U.S. Sen. Lindsey Graham faces his first test this week, whether or not Republican voters in the heartland think he’s White House material.
Graham is scheduled to spend Thursday and Friday in Iowa, which kicks off the presidential primary season with its party caucuses a year from now. He’ll attend several private meetings with influential Republicans in Des Moines, and a meet-and-greet hosted by retired Lt. Gen. Ron Dardis, Iowa’s former adjutant general.
While Graham may be new to the Iowa presidential landscape, he is not a complete stranger to voters in the Hawkeye State, campaigning there last year for now-Republican U.S. Sen. Joni Ernst. After her victory, he famously welcomed her to the Senate by presenting her with a pig castration device mounted on a wooden plaque.
Tim Hagel, University of Iowa political scientist, said there’s likely to be lingering goodwill because of Graham’s support for Ernst but cautioned many continue to associate him with his closest Senate ally, former presidential hopeful John McCain, R-Ariz., who spurned Iowa during his 2000 White House run. He appeared ill-at-ease there eight years later when he tried again.
Victory in Iowa doesn’t necessarily make a candidate a front-runner, but a strong showing can give a campaign a shot in the arm, increasing media attention and donations.
Republican Party activist Jamie Johnson said much of the early questioning for Graham probably will focus on immigration, which is a major point of contention with some in Iowa’s farm and manufacturing belt.
Critics have called Graham “Graham-nesty” for supporting a bipartisan proposal to beef up border security that also would create a path toward citizenship for 11 million undocumented workers.
“A lot of Iowans are predisposed to not like him because of the immigration issue,” Johnson said. “A number of Iowans see him as another John McCain.”
Another Iowa GOP activist, Ann Trimble Ray, however, said Graham’s personality could play well in the state if he sets the right tone and visits the right places, pointing to diners, radio talk shows and local socials.
A first visit by any White House hopeful should be a mix of both policy discussions and one-on-one conversations, Ray added, something that Graham’s folksy, educated and frank manner could easily play into.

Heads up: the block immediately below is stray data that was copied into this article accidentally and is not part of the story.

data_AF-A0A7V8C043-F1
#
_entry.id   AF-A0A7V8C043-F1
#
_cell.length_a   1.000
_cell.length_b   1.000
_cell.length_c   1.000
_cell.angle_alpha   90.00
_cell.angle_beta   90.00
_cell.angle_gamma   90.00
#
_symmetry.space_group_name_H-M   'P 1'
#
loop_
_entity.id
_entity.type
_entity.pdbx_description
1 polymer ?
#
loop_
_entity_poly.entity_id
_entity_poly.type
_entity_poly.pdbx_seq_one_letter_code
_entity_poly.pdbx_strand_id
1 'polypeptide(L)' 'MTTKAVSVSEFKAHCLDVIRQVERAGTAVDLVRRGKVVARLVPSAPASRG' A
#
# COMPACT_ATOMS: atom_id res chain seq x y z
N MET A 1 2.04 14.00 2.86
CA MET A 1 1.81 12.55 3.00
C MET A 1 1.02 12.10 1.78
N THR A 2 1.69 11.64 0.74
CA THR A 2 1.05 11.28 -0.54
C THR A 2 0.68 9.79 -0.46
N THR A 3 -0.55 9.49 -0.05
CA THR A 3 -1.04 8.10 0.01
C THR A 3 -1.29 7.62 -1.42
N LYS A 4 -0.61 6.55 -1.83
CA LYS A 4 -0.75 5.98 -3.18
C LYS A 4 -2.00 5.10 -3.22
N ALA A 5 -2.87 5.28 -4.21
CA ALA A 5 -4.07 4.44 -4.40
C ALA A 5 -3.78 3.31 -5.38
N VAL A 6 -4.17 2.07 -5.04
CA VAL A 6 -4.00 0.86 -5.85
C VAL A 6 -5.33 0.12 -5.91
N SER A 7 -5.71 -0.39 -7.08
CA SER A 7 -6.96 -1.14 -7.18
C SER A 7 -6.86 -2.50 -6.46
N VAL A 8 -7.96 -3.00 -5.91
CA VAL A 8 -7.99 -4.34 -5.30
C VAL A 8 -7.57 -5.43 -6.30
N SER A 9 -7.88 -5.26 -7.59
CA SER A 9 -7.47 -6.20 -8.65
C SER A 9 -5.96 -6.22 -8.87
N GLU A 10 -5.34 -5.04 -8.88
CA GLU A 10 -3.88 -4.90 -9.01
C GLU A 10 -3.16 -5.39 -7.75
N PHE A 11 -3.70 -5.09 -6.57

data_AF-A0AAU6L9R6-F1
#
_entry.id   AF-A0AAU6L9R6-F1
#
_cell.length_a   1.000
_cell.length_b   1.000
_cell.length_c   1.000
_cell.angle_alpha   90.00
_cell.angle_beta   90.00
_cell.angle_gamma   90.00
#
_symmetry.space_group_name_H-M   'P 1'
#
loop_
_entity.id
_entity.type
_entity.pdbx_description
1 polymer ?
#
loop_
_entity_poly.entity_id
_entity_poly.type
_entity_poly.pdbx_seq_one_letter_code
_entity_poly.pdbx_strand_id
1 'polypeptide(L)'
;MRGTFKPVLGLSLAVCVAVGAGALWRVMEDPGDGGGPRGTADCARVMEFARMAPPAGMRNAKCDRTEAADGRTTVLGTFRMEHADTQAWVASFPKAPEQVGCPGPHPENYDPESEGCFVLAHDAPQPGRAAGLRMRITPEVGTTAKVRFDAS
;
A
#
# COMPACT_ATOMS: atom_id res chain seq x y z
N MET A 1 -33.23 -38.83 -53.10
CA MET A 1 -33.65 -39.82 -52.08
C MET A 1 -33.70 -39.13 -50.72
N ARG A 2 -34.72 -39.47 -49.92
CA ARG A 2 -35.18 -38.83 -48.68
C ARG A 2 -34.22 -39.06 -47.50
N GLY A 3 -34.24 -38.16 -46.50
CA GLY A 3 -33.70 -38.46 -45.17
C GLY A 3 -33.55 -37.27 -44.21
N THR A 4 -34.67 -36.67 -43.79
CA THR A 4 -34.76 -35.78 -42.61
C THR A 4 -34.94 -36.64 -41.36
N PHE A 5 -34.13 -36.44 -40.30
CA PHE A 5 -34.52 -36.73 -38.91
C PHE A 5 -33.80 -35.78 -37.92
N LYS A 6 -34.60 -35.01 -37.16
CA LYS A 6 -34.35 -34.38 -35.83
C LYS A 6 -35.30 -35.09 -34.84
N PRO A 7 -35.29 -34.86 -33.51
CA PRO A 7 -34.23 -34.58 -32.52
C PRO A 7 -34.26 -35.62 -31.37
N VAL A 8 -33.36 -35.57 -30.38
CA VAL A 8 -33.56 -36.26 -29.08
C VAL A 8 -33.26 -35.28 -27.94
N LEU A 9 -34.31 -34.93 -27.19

“Make a little noise and get a little attention so you get on people’s radar,” Ray also advised Graham.
Polling in Iowa shows Graham has nowhere to go but up. An NBC News/Marist Poll released Sunday put Graham at the bottom of the dozen Republican contenders. Out of nearly 900 Iowa voters questioned, Graham had only a 1 percent following and behind Texas Sen. Ted Cruz at 2 percent. Undecided voters were 14 percent.
In Graham’s favor in the survey, was that military strategy against ISIS — the Islamic State extremists in Iraq and Syria — was considered a top three concern among those questioned. Graham has made national defense his top issue.
University of Northern Iowa political scientist Chris Larimer said the Iowa electorate that Graham will meet this week in many ways resembles South Carolina. About 40 percent of conservatives in the Iowa Republican caucus turnout consider themselves evangelicals or born-again Christians, he said — figures on par with S.C. primary numbers. Geographically, evangelicals tend to dominate in the northwest and southwest corners of the state, he said, with moderates more in the central part, around Des Moines.
While evangelical voters might represent a dominant bloc, in the past supporting candidates such as Michele Bachmann, Mike Huckabee and Rick Santorum, Larimer said there is still room for candidates like Graham to carve out a niche among moderates. But more importantly, Larimer said, is that any beginning candidate should bring the message he or she is serious. That means getting outside of Des Moines and touring Iowa’s 99 counties while building a network in its 1,700 precincts.
“That’s really something the voters expect at this point,” Larimer said. “It’s not just doing the big rallies. It’s going into people’s homes and really making that personal connection.”
On Friday, Graham is scheduled to meet with the Iowa press corps. A New Hampshire trip is on the horizon as well.
Reach Schuyler Kropf at 937-5551.